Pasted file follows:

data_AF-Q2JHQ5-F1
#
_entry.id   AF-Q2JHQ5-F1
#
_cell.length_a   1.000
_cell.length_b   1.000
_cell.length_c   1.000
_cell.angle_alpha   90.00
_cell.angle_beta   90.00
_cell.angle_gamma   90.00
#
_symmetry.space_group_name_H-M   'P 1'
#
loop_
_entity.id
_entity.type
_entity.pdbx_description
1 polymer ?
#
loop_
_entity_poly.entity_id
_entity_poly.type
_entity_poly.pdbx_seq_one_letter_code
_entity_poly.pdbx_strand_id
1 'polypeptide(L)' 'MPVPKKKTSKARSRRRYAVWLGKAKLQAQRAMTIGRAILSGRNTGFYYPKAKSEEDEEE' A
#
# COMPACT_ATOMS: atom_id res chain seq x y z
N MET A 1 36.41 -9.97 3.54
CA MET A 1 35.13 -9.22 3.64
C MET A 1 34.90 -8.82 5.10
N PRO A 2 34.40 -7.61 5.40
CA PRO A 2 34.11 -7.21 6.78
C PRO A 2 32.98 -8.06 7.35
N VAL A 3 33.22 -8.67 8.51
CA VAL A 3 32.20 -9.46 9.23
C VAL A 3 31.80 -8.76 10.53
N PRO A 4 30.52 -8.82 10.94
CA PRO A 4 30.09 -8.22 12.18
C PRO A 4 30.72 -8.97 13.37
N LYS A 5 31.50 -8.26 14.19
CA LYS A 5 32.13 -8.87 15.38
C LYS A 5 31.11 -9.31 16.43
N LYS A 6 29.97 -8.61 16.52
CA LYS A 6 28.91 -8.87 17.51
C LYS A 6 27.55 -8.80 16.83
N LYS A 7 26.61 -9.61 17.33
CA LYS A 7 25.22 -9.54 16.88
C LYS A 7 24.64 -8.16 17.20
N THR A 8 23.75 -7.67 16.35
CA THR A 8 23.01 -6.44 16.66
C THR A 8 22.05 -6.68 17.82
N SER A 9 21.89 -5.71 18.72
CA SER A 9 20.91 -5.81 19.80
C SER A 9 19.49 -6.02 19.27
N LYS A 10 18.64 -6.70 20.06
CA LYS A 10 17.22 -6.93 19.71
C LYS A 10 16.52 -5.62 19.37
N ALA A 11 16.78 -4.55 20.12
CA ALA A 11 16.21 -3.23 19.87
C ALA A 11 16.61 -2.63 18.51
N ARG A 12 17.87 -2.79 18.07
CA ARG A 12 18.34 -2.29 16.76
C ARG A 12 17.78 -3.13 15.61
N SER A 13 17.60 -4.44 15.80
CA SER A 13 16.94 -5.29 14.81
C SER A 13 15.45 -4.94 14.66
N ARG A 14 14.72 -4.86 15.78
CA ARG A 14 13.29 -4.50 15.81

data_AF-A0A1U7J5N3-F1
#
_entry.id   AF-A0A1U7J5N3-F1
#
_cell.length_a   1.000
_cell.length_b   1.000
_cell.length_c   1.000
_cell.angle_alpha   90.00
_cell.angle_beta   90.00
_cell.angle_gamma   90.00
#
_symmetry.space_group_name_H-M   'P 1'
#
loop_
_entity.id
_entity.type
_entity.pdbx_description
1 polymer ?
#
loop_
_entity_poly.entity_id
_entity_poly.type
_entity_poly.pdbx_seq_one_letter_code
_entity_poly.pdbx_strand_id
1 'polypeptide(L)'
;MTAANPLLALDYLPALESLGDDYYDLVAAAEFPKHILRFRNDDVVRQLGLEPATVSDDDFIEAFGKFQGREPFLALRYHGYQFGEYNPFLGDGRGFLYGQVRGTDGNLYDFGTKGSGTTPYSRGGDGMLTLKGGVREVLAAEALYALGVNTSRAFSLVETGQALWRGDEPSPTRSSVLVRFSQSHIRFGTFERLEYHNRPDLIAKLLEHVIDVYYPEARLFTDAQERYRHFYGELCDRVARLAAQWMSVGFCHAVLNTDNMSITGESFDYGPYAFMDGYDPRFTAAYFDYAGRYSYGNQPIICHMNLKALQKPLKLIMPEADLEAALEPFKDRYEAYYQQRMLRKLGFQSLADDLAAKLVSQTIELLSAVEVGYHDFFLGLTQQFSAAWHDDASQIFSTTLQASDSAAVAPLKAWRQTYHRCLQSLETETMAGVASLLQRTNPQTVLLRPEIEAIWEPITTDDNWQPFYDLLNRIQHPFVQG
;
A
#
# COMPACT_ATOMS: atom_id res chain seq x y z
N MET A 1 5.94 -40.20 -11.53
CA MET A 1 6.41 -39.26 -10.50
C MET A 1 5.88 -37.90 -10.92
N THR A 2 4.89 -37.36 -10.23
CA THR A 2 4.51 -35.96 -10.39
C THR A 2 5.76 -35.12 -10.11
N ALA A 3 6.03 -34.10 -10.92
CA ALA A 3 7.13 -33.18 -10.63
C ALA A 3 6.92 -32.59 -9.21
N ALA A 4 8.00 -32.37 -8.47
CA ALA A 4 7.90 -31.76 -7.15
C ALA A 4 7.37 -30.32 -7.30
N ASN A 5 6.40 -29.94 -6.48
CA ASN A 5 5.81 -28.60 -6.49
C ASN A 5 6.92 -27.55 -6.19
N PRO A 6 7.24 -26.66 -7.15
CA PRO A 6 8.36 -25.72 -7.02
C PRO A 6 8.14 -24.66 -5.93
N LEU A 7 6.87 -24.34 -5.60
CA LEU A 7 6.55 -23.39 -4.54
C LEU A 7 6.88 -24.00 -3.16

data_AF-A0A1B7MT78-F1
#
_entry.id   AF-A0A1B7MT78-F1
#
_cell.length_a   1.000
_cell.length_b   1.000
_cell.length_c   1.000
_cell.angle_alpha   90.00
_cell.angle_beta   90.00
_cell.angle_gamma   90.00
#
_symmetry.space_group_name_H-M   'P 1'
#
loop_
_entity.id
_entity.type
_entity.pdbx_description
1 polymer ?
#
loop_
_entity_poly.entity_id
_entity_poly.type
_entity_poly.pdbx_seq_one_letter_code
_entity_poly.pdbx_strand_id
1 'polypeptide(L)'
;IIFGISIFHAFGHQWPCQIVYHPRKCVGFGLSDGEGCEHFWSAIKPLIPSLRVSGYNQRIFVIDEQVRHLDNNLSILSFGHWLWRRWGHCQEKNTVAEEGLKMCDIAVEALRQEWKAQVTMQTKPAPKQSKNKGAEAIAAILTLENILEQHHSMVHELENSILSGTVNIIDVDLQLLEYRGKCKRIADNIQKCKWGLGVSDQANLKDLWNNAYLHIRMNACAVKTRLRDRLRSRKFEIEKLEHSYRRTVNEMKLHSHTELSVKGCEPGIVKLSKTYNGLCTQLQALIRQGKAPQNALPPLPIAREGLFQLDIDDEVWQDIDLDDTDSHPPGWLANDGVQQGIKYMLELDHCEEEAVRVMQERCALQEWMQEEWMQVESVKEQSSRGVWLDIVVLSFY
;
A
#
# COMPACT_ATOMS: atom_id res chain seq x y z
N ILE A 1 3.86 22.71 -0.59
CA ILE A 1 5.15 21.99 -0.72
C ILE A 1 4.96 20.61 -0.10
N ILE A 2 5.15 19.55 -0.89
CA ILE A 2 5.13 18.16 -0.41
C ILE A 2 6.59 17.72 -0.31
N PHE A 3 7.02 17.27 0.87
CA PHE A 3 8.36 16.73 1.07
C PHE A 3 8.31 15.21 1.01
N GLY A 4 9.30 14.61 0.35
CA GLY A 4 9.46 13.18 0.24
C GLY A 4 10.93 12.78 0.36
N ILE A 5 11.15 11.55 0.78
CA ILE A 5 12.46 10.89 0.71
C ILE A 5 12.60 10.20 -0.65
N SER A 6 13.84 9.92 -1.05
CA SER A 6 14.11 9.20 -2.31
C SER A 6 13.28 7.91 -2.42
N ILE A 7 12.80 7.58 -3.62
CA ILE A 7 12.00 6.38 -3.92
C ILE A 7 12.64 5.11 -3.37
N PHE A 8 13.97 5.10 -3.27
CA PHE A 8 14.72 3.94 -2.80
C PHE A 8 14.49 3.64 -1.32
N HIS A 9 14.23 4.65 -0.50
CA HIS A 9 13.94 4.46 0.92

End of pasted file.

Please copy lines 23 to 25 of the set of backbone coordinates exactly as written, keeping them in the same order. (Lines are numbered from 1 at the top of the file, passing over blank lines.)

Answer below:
_entity_poly.pdbx_seq_one_letter_code
_entity_poly.pdbx_strand_id
1 'polypeptide(L)' 'MPVPKKKTSKARSRRRYAVWLGKAKLQAQRAMTIGRAILSGRNTGFYYPKAKSEEDEEE' A